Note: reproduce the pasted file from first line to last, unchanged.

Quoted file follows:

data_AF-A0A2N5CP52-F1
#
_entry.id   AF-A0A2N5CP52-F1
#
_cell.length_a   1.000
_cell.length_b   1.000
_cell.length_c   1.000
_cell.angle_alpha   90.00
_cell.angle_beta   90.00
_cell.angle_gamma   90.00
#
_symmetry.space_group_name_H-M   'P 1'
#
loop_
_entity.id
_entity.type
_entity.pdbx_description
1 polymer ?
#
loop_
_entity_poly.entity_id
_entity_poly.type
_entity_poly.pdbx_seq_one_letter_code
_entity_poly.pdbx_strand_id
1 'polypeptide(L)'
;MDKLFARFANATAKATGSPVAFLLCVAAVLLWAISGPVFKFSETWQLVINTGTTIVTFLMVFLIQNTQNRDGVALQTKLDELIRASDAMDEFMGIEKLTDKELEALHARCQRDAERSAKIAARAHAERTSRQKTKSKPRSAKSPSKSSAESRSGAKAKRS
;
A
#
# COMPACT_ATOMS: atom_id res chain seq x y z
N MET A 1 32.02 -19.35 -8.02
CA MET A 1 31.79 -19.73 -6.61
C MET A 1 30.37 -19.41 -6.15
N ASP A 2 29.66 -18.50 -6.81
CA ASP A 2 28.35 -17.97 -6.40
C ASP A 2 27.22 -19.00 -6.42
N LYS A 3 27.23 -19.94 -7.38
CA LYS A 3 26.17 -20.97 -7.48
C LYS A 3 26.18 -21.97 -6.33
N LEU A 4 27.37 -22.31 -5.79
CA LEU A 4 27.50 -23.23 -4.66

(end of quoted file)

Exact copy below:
data_AF-A0A2N5CP52-F1
#
_entry.id   AF-A0A2N5CP52-F1
#
_cell.length_a   1.000
_cell.length_b   1.000
_cell.length_c   1.000
_cell.angle_alpha   90.00
_cell.angle_beta   90.00
_cell.angle_gamma   90.00
#
_symmetry.space_group_name_H-M   'P 1'
#
loop_
_entity.id
_entity.type
_entity.pdbx_description
1 polymer ?
#
loop_
_entity_poly.entity_id
_entity_poly.type
_entity_poly.pdbx_seq_one_letter_code
_entity_poly.pdbx_strand_id
1 'polypeptide(L)'
;MDKLFARFANATAKATGSPVAFLLCVAAVLLWAISGPVFKFSETWQLVINTGTTIVTFLMVFLIQNTQNRDGVALQTKLDELIRASDAMDEFMGIEKLTDKELEALHARCQRDAERSAKIAARAHAERTSRQKTKSKPRSAKSPSKSSAESRSGAKAKRS
;
A
#
# COMPACT_ATOMS: atom_id res chain seq x y z
N MET A 1 32.02 -19.35 -8.02
CA MET A 1 31.79 -19.73 -6.61
C MET A 1 30.37 -19.41 -6.15
N ASP A 2 29.66 -18.50 -6.81
CA ASP A 2 28.35 -17.97 -6.40
C ASP A 2 27.22 -19.00 -6.42
N LYS A 3 27.23 -19.94 -7.38
CA LYS A 3 26.17 -20.97 -7.48
C LYS A 3 26.18 -21.97 -6.33
N LEU A 4 27.37 -22.31 -5.79
CA LEU A 4 27.50 -23.23 -4.66